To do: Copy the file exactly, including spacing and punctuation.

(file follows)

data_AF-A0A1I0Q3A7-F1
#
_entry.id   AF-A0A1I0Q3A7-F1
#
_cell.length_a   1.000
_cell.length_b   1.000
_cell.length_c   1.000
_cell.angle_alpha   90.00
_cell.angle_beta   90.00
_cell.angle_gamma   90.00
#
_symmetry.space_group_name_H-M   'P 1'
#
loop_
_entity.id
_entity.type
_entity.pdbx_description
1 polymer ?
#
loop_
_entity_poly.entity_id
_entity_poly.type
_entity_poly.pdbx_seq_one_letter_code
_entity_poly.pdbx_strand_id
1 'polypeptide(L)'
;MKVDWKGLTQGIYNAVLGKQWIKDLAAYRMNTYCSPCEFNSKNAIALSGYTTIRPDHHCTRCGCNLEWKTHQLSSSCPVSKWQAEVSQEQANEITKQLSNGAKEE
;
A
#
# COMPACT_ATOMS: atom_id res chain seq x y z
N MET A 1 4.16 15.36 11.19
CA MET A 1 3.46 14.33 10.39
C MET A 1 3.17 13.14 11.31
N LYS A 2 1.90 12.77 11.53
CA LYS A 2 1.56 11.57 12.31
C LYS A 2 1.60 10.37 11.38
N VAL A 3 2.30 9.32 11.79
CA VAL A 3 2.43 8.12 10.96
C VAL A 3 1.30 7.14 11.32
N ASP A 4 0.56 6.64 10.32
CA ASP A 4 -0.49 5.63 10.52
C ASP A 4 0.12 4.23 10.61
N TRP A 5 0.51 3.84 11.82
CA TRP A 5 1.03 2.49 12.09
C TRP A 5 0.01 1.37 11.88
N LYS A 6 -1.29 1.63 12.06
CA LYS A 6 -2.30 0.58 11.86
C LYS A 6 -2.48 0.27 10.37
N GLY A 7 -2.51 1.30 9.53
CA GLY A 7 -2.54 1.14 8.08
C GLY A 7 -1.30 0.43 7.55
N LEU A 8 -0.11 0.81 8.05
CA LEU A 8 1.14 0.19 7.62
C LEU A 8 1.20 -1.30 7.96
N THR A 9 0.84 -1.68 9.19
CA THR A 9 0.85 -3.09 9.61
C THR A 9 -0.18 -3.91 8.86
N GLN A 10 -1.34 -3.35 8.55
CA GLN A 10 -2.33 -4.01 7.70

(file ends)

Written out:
data_AF-A0A1I0Q3A7-F1
#
_entry.id   AF-A0A1I0Q3A7-F1
#
_cell.length_a   1.000
_cell.length_b   1.000
_cell.length_c   1.000
_cell.angle_alpha   90.00
_cell.angle_beta   90.00
_cell.angle_gamma   90.00
#
_symmetry.space_group_name_H-M   'P 1'
#
loop_
_entity.id
_entity.type
_entity.pdbx_description
1 polymer ?
#
loop_
_entity_poly.entity_id
_entity_poly.type
_entity_poly.pdbx_seq_one_letter_code
_entity_poly.pdbx_strand_id
1 'polypeptide(L)'
;MKVDWKGLTQGIYNAVLGKQWIKDLAAYRMNTYCSPCEFNSKNAIALSGYTTIRPDHHCTRCGCNLEWKTHQLSSSCPVSKWQAEVSQEQANEITKQLSNGAKEE
;
A
#
# COMPACT_ATOMS: atom_id res chain seq x y z
N MET A 1 4.16 15.36 11.19
CA MET A 1 3.46 14.33 10.39
C MET A 1 3.17 13.14 11.31
N LYS A 2 1.90 12.77 11.53
CA LYS A 2 1.56 11.57 12.31
C LYS A 2 1.60 10.37 11.38
N VAL A 3 2.30 9.32 11.79
CA VAL A 3 2.43 8.12 10.96
C VAL A 3 1.30 7.14 11.32
N ASP A 4 0.56 6.64 10.32
CA ASP A 4 -0.49 5.63 10.52
C ASP A 4 0.12 4.23 10.61
N TRP A 5 0.51 3.84 11.82
CA TRP A 5 1.03 2.49 12.09
C TRP A 5 0.01 1.37 11.88
N LYS A 6 -1.29 1.63 12.06
CA LYS A 6 -2.30 0.58 11.86
C LYS A 6 -2.48 0.27 10.37
N GLY A 7 -2.51 1.30 9.53
CA GLY A 7 -2.54 1.14 8.08
C GLY A 7 -1.30 0.43 7.55
N LEU A 8 -0.11 0.81 8.05
CA LEU A 8 1.14 0.19 7.62
C LEU A 8 1.20 -1.30 7.96
N THR A 9 0.84 -1.68 9.19
CA THR A 9 0.85 -3.09 9.61
C THR A 9 -0.18 -3.91 8.86
N GLN A 10 -1.34 -3.35 8.55
CA GLN A 10 -2.33 -4.01 7.70